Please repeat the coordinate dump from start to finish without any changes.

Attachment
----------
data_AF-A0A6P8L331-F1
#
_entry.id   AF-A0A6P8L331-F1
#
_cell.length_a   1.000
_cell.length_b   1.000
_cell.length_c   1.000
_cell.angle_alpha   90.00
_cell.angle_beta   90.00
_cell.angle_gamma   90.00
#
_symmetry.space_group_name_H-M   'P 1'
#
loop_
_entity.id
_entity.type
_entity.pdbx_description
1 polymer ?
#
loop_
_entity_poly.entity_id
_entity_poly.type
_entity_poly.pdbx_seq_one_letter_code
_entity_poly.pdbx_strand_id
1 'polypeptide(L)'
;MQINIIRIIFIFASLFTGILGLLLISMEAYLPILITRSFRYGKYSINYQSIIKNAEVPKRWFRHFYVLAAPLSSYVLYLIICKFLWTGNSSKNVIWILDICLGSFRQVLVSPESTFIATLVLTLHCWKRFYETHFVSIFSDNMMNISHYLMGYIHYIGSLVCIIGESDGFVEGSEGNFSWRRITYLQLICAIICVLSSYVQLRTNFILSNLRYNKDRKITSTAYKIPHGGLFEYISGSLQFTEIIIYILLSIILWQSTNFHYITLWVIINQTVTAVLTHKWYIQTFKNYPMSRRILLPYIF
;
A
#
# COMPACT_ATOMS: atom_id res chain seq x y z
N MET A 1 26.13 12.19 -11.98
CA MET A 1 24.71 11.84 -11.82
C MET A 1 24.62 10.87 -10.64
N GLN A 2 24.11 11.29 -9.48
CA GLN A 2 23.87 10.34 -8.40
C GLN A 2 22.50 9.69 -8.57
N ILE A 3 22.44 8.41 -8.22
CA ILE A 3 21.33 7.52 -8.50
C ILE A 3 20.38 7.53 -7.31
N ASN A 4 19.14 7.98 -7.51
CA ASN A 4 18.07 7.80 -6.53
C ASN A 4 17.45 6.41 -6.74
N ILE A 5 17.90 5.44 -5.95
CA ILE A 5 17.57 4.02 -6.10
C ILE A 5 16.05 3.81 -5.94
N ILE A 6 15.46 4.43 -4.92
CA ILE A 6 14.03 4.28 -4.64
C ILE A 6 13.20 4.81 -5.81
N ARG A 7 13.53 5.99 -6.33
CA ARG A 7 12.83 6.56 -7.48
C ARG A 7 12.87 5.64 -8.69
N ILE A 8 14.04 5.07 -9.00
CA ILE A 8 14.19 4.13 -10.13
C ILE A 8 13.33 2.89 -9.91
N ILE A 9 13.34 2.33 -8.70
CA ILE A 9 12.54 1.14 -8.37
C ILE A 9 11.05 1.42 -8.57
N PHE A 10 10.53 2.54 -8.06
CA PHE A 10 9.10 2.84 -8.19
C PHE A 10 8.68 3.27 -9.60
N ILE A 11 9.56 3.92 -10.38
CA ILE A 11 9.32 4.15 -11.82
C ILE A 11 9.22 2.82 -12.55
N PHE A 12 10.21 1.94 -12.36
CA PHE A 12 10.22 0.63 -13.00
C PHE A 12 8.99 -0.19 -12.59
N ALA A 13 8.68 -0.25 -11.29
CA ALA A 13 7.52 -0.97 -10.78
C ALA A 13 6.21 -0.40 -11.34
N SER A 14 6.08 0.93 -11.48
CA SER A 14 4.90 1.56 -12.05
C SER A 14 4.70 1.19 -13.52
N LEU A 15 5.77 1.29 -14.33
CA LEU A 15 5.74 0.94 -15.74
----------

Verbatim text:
data_AF-A0A6P8L331-F1
#
_entry.id   AF-A0A6P8L331-F1
#
_cell.length_a   1.000
_cell.length_b   1.000
_cell.length_c   1.000
_cell.angle_alpha   90.00
_cell.angle_beta   90.00
_cell.angle_gamma   90.00
#
_symmetry.space_group_name_H-M   'P 1'
#
loop_
_entity.id
_entity.type
_entity.pdbx_description
1 polymer ?
#
loop_
_entity_poly.entity_id
_entity_poly.type
_entity_poly.pdbx_seq_one_letter_code
_entity_poly.pdbx_strand_id
1 'polypeptide(L)'
;MQINIIRIIFIFASLFTGILGLLLISMEAYLPILITRSFRYGKYSINYQSIIKNAEVPKRWFRHFYVLAAPLSSYVLYLIICKFLWTGNSSKNVIWILDICLGSFRQVLVSPESTFIATLVLTLHCWKRFYETHFVSIFSDNMMNISHYLMGYIHYIGSLVCIIGESDGFVEGSEGNFSWRRITYLQLICAIICVLSSYVQLRTNFILSNLRYNKDRKITSTAYKIPHGGLFEYISGSLQFTEIIIYILLSIILWQSTNFHYITLWVIINQTVTAVLTHKWYIQTFKNYPMSRRILLPYIF
;
A
#
# COMPACT_ATOMS: atom_id res chain seq x y z
N MET A 1 26.13 12.19 -11.98
CA MET A 1 24.71 11.84 -11.82
C MET A 1 24.62 10.87 -10.64
N GLN A 2 24.11 11.29 -9.48
CA GLN A 2 23.87 10.34 -8.40
C GLN A 2 22.50 9.69 -8.57
N ILE A 3 22.44 8.41 -8.22
CA ILE A 3 21.33 7.52 -8.50
C ILE A 3 20.38 7.53 -7.31
N ASN A 4 19.14 7.98 -7.51
CA ASN A 4 18.07 7.80 -6.53
C ASN A 4 17.45 6.41 -6.74
N ILE A 5 17.90 5.44 -5.95
CA ILE A 5 17.57 4.02 -6.10
C ILE A 5 16.05 3.81 -5.94
N ILE A 6 15.46 4.43 -4.92
CA ILE A 6 14.03 4.28 -4.64
C ILE A 6 13.20 4.81 -5.81
N ARG A 7 13.53 5.99 -6.33
CA ARG A 7 12.83 6.56 -7.48
C ARG A 7 12.87 5.64 -8.69
N ILE A 8 14.04 5.07 -9.00
CA ILE A 8 14.19 4.13 -10.13
C ILE A 8 13.33 2.89 -9.91
N ILE A 9 13.34 2.33 -8.70
CA ILE A 9 12.54 1.14 -8.37
C ILE A 9 11.05 1.42 -8.57
N PHE A 10 10.53 2.54 -8.06
CA PHE A 10 9.10 2.84 -8.19
C PHE A 10 8.68 3.27 -9.60
N ILE A 11 9.56 3.92 -10.38
CA ILE A 11 9.32 4.15 -11.82
C ILE A 11 9.22 2.82 -12.55
N PHE A 12 10.21 1.94 -12.36
CA PHE A 12 10.22 0.63 -13.00
C PHE A 12 8.99 -0.19 -12.59
N ALA A 13 8.68 -0.25 -11.29
CA ALA A 13 7.52 -0.97 -10.78
C ALA A 13 6.21 -0.40 -11.34
N SER A 14 6.08 0.93 -11.48
CA SER A 14 4.90 1.56 -12.05
C SER A 14 4.70 1.19 -13.52
N LEU A 15 5.77 1.29 -14.33
CA LEU A 15 5.74 0.94 -15.74